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get-mailbox -database db1 -archive does not work for me Exchange 2016 must use: get-mailbox | ? {$_.archivedatabase -eq "DB1"} (case sensitive to boot)


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The behaviour you are seeing is what I would expect. You have gone cross forest, so everyone has a new mailbox in a new domain. Hitting reply to old emails will give you invalid address. If you hit reply, then delete the recipient from the To line and find them fresh from the GAL, then it will work. This article from the SBS team explains the problem as ...


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I was able to find a workaround though I'm still unsure of what caused the issue. from: ExRecipNotFound; not found after disabling / recreating mailbox in exchange - x500 not working I saw the command: Get-Mailbix someuser | fl LegacyExchangeDN That followed the format that was being shown as not found. So I will have to build a script to export all ...


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For remote desktop scenario, I personally would not (and do not)use cached mode with RDS or Citrix environments. While you can use roaming profiles, they are going to affect your start-up times and potentially impact your RDS servers if they have to constantly move large OST files around. Additionally, if you are using shared activation support, there is ...


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Send Connector has nothing to do with it. You need to set the client to authenticate when sending, if you are using your Exchange server to send email. That will need to be in the format of domain\username . However if you aren't using Exchange as the SMTP server, then you will need to enter the credentials for the SMTP server that you are using, unless ...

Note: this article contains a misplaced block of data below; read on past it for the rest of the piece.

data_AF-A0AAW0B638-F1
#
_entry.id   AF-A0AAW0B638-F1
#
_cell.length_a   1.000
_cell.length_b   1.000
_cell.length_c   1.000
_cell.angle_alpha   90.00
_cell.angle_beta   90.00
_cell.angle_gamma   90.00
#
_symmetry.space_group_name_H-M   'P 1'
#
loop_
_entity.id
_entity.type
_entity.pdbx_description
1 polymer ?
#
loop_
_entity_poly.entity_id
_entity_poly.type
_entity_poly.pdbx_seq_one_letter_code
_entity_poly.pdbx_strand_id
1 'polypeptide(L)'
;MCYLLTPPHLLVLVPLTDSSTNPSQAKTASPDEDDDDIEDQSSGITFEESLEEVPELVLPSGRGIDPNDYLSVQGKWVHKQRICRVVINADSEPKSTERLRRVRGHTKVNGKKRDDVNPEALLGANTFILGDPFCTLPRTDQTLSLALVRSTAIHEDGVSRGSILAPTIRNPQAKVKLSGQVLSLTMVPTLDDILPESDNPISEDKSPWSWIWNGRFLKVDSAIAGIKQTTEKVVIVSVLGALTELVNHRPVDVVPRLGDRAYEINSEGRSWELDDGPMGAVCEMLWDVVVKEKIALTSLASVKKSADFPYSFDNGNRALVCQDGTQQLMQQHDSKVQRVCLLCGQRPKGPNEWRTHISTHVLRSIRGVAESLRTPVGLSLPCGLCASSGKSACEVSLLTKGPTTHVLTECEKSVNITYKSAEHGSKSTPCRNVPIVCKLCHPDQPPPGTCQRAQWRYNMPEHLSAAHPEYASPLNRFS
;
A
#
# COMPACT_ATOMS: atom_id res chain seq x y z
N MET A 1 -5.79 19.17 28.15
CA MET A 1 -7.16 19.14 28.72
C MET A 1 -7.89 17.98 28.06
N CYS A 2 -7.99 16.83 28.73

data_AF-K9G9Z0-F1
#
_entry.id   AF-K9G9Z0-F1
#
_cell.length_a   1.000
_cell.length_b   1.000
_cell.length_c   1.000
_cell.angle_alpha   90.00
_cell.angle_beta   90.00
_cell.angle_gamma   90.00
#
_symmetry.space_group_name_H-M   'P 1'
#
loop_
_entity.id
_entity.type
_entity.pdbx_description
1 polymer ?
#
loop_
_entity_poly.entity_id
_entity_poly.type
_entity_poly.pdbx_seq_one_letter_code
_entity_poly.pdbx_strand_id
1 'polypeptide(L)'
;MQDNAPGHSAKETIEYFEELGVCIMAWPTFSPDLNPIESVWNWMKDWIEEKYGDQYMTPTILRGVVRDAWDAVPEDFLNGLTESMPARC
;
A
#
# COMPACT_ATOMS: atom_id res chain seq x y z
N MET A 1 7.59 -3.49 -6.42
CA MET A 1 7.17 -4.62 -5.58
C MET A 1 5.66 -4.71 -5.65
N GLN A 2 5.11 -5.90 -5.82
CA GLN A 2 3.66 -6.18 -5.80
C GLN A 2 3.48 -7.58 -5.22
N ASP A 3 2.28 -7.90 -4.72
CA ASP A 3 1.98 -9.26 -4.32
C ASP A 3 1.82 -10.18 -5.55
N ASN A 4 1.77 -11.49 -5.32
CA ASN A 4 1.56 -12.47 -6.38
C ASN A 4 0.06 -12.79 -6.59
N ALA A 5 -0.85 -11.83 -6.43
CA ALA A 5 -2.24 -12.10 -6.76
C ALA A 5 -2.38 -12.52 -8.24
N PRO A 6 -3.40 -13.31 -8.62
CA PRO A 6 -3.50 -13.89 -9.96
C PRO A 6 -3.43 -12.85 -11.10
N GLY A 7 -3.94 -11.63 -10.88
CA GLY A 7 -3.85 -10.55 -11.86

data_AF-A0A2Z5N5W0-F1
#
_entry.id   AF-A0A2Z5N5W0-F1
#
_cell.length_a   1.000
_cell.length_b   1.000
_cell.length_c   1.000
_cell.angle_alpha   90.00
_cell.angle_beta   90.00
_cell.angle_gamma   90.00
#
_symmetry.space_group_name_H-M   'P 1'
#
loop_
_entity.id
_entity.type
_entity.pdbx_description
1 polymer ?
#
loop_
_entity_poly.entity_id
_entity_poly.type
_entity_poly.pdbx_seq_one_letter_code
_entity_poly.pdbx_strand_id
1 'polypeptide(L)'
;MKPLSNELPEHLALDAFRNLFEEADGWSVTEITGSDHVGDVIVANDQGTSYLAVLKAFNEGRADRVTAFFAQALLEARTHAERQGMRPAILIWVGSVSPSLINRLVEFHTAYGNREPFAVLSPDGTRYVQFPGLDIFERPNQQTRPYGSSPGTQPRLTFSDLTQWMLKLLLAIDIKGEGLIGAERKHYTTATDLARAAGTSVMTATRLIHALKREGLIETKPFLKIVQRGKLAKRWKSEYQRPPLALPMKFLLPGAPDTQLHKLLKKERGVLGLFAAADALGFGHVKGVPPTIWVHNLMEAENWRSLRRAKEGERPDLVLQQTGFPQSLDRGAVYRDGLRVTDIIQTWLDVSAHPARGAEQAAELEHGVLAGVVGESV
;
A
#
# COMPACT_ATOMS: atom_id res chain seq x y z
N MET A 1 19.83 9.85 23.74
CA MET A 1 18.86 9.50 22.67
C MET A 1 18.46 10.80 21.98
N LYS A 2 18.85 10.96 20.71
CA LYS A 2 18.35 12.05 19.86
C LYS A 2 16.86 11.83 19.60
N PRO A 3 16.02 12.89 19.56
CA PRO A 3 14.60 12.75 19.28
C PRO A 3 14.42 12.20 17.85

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The issue was that by default a user can only connect to 10 ActiveSync devices, and this user had reached that limit. Run the following commands in your Exchange management shell to correct the issue by removing unused devices. Replace username with the affected user's username, and device identity with one of the devices returned from the Get-...


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Permission inheritance is the usual issue. Is the user also a member of a privileged group? Domain Admins etc? That can stop things from working. Using attribute editor in ADUC, look for the value of AdminCount. If the user is not a member of any priviledged groups, but that is set to 1, clear it (so not set). Wait an hour or more for Exchange to clear the ...


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your configuration: smtp_sasl_password_maps = static:Domain\email@domain.fr:password is wrong. The documentation is: http://www.postfix.org/postconf.5.html#smtp_sasl_password_maps smtp_sasl_password_maps (default: empty) Optional Postfix SMTP client lookup tables with one username:password entry per sender, remote hostname or next-hop domain. ...


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Do something more awesome, $computername="DC-server", "Hp-pc" $AVGProc = Get-WmiObject -computername $computername win32_processor | Measure-Object -property LoadPercentage -Average | Select Average $OS = gwmi -Class win32_operatingsystem -computername $computername | Select-Object @{Name = "MemoryUsage"; Expression = {“{0:N2}” -f ((($_....


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32-bit Powershell requires 32-bit Outlook objects and 64-bit powershell requires 64-bit Outlook. So yes, you do need an Outlook installation to run the script. Edit: Actually, you require the MAPI (Mailing API). Which comes with Outlook. If you have an SMTP server available, you could use Send-MailMessage as described here


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Yep - just installed the SMTP service on the IIS box and bounced the email off that instead. Couldn't find a way past it and got the code updated long term.


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The SMTP address is not a user name. If you want to use it as a username then you'll need to create a UPN suffix that matches the SMTP address and set that as the UPN for your users, there's no way around that.